Assembling this collection of biographies has been one of the most rewarding–and yet frustrating–experiences in my professional career. It has taken me down a rabbit hole into serious genealogical research and allowed me to meet many wonderful people who made this biographical supplement possible.

First and foremost, I must thank the Society for the Preservation of American Modernists (SPAM) for supporting this project with a Publication Grant. The funds from SPAM offset the cost of image fees and developing this site.

This site was built using Quire, a static site generator developed by Getty Publications. Greg Albers at the Getty has been enormously helpful in granting me Beta access and troubleshooting any problems.

Several art dealers and galleries supported this project by sharing material over the years and, more importantly, providing fee-free images for publication. Foremost among them are Susan and Bill Teller of Susan Teller Gallery; Dan Lienau and Gala Chamberlain of the Annex Galleries; and Margo Dolan, Ron Rumford, and Jon Eckel of Dolan/Maxwell. This website would not be possible without their help.

Atelier 17 artists and their families and friends were incredibly enthusiastic about this project and generous with their time. Their memories enlivened my understanding of the workshop and their time there. Foremost among them are Désirée Lévy-Hayter, widow of Stanley William Hayter, and Carla Esposito, widow of Julian Hayter (the son of Stanley William Hayter and Helen Phillips). Both have written extensively about Hayter and Atelier 17 and were always quick to answer any questions. In alphabetical order by Atelier 17 artist, I must also thank: Lily Ascher’s daughter, Esha Neogy; Dina Kevles Gustin Baker; Carla Becker, daughter of Fred Becker and Jean Morrison Becker; Lois Borgenicht, Berta Kerr, and Jan Schwartz, daughters of Grace Borgenicht Brandt; Cynthia Bell and Ron Wenner of the Cynthia Brants Trust; Sari Broner, daughter of Robert Broner; John Small, son of Sylvia Carewe; Bernard Childs’s widow, Judith Childs; Hariana and Robin Chilstrom, nieces of Hazel Chilstrom; Minna Citron’s granddaughter Christiane H. Citron, and Minna’s mentees, Donna Marxer and Linda Stein; Ellen Abbey Countey’s daughter, Thomasin Countey; Constance DuHamel, friend of Worden Day and executor of her estate; Barbara Pollitt and Rip Hayman of the Sari Dienes Foundation; Patricia Collier, niece of Virginia Dudley; Christine Engler’s daughter, Mathea Rubin; Diana Fourpome, granddaughter of Teresa d’Amico Fourpome; Sue Fuller’s friend Janet Ruttenberg and her son Eric Ruttenberg; Gloria Garafulich-Grabois, niece of Lily Garafulic; Murray Zimiles, nephew of Jan Gelb; Dorothy Gillespie’s son Gary Israel; Terry Haass’s brother and sister-in-law, Ferdinand and Emily Scharf; Lois Hall DeLuca; Leo Katz’s granddaughter Lisa Katz Wadge; Kett (Margaret Jean Kettunen Zegart); Ruth Leaf, her daughter Karen Casino, and her granddaughter Mia Casino; Alice Trumbull Mason’s daughter, Emily Mason, and Emily’s studio assistants, Stephen Rose and Marela Zacarias; Margret Mills-Thysen, daughter of Agnes Karlin Mills; Henrietta Mueller’s son Christopher Mueller; Louise Nevelson’s granddaughter Maria Nevelson; Harriet Berger Nurkse’s son Dennis Nurkse; George Ortman; Kathy Perutz, daughter of Dolly Perutz; Kate Noonan, Director of the Rachel Rosenthal Company; Judith Brodsky, Miriam Schapiro’s friend and executor; David Seidler and Susan Stedman, who manages the estate of Doris Seidler; Anne Wienholt and her daughters Hanna Takashige, Janeko Bower, and Sara Bettini; Mary Ann Ephgrave, the executor of Catherine Yarrow’s estate; and Doris Yokelson.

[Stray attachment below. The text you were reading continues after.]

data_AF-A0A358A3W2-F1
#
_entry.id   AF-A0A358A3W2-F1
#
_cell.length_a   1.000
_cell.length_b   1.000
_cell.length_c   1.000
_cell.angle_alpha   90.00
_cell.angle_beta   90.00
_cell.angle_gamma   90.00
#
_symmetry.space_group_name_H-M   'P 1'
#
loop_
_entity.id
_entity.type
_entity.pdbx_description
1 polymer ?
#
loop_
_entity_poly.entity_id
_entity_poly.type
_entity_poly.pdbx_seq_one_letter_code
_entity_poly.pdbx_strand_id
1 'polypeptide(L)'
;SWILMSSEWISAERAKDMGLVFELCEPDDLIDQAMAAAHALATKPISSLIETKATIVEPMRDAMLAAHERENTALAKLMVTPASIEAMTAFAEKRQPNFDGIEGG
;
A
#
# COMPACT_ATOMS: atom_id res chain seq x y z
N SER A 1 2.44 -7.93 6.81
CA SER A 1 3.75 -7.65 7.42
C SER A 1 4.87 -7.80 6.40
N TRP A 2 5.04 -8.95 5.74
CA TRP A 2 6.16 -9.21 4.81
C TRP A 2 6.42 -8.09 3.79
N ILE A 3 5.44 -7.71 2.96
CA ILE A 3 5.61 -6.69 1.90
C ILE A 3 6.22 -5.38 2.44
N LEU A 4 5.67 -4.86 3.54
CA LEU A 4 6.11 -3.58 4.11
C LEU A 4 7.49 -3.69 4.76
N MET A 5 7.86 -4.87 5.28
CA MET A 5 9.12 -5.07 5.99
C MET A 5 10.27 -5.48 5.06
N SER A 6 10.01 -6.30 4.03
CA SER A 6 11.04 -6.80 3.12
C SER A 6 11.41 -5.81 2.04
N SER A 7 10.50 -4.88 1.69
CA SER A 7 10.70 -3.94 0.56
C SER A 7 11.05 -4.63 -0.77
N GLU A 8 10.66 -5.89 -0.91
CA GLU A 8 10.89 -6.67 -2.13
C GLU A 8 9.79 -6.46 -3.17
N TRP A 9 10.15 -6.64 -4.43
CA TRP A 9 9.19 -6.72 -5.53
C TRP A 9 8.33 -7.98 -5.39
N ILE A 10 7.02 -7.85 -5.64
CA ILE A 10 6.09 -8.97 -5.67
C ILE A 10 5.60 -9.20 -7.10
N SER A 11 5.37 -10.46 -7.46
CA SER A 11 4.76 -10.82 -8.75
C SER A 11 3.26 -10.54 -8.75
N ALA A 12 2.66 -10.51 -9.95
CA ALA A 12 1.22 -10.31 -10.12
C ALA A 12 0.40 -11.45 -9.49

Finally, to my family, thank you for supporting me and this labor of love. Particularly, my father Alan Weyl deserves a huge shout out for his diligent and thorough genealogical research on some of the “tough nuts”—the artists for whom we simply know nothing besides what public records tell us. My husband Richard Lichtenstein’s background in computer science also offered invaluable guidance in launching this website. While others would have questioned the need for such a resource, my family has understood the value of this project and the purpose it will serve for later generations of researchers.